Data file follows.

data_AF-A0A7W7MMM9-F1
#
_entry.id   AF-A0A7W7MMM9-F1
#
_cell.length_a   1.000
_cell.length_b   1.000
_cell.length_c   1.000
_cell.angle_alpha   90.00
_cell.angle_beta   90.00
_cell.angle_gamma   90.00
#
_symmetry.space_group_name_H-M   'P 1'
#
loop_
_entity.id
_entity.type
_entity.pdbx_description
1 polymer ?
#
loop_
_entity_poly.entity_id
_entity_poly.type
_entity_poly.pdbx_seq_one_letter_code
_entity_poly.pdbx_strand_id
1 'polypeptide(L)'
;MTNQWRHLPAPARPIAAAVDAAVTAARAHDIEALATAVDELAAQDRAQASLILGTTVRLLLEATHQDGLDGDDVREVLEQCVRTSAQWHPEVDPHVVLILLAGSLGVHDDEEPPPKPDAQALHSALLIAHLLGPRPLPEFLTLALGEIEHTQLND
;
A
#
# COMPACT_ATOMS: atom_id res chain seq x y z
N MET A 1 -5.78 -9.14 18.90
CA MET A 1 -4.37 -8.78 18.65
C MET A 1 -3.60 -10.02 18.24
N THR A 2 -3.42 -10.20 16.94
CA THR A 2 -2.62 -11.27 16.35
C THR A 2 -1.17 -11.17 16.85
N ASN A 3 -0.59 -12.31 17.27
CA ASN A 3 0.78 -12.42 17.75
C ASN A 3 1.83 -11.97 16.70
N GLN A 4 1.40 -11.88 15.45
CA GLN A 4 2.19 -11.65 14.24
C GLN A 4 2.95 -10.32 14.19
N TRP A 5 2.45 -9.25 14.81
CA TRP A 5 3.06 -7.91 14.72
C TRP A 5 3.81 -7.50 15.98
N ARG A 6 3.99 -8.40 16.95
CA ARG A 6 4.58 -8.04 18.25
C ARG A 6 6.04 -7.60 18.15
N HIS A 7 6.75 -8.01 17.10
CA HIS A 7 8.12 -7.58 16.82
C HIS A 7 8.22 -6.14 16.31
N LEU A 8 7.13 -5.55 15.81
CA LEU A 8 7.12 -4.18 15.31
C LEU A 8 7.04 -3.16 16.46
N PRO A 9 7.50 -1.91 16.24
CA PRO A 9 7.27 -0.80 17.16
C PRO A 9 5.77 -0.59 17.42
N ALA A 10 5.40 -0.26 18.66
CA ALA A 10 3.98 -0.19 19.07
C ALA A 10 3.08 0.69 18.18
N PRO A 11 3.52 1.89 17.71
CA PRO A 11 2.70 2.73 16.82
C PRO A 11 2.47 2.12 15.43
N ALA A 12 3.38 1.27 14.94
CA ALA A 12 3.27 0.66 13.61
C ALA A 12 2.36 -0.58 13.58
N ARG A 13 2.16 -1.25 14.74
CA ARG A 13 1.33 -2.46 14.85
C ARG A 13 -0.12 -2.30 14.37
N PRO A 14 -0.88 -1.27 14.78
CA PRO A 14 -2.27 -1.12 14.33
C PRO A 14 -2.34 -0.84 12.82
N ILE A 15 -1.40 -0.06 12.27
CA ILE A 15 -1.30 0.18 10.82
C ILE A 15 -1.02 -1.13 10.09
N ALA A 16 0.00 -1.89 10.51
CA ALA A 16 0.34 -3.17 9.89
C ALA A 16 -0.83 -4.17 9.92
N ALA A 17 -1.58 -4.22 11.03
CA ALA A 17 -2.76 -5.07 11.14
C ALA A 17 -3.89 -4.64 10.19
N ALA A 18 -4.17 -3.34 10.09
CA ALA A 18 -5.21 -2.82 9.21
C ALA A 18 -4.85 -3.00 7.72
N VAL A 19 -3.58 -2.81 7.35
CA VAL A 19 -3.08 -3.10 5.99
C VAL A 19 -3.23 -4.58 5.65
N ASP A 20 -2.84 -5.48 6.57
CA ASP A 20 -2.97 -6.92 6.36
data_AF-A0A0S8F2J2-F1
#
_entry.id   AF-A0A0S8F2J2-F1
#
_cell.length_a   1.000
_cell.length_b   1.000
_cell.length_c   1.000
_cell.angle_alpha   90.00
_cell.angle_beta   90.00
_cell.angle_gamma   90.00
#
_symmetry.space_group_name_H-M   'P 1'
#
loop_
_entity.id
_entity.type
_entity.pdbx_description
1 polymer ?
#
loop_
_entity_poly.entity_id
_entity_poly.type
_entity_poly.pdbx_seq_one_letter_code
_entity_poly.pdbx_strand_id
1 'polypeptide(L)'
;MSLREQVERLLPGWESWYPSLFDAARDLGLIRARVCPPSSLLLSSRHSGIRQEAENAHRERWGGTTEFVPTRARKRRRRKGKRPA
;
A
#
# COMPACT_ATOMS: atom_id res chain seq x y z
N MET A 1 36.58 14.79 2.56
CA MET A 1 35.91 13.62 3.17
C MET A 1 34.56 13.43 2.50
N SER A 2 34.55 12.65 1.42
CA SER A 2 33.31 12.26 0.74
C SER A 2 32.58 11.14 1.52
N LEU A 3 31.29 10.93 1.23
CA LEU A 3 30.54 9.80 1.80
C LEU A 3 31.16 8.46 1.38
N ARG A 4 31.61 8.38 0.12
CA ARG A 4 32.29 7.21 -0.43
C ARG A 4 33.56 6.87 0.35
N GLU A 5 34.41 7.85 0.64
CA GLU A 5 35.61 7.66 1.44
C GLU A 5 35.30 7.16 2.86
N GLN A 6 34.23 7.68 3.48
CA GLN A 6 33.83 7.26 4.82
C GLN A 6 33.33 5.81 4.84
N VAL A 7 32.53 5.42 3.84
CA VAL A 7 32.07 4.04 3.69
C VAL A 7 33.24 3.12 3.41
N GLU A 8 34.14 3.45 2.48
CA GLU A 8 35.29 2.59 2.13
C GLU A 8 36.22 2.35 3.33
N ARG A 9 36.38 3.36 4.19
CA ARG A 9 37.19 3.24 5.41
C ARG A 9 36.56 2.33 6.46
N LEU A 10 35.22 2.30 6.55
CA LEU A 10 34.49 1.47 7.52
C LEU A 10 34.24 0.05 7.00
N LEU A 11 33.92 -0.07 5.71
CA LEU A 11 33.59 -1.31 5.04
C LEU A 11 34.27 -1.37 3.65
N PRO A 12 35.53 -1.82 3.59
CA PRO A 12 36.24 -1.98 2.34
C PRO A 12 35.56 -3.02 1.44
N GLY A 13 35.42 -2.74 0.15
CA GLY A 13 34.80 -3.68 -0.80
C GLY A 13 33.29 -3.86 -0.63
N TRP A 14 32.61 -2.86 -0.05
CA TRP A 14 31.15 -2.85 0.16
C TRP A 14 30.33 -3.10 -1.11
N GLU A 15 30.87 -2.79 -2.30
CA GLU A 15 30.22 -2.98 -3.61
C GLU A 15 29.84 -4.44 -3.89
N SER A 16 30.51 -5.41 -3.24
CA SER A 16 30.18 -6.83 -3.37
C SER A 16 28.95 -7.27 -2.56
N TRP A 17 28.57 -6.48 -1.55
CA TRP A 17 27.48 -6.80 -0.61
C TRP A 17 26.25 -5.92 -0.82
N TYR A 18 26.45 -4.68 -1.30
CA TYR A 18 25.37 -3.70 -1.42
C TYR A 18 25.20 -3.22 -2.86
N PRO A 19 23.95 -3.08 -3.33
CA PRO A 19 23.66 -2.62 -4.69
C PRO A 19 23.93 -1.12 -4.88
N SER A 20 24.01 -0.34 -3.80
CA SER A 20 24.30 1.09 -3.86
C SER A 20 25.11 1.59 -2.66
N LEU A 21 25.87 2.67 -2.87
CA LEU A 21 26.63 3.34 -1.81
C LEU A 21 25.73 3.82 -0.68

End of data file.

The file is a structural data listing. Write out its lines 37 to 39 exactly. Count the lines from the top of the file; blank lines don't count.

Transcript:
N ASN A 3 -0.59 -12.31 17.27
CA ASN A 3 0.78 -12.42 17.75
C ASN A 3 1.83 -11.97 16.70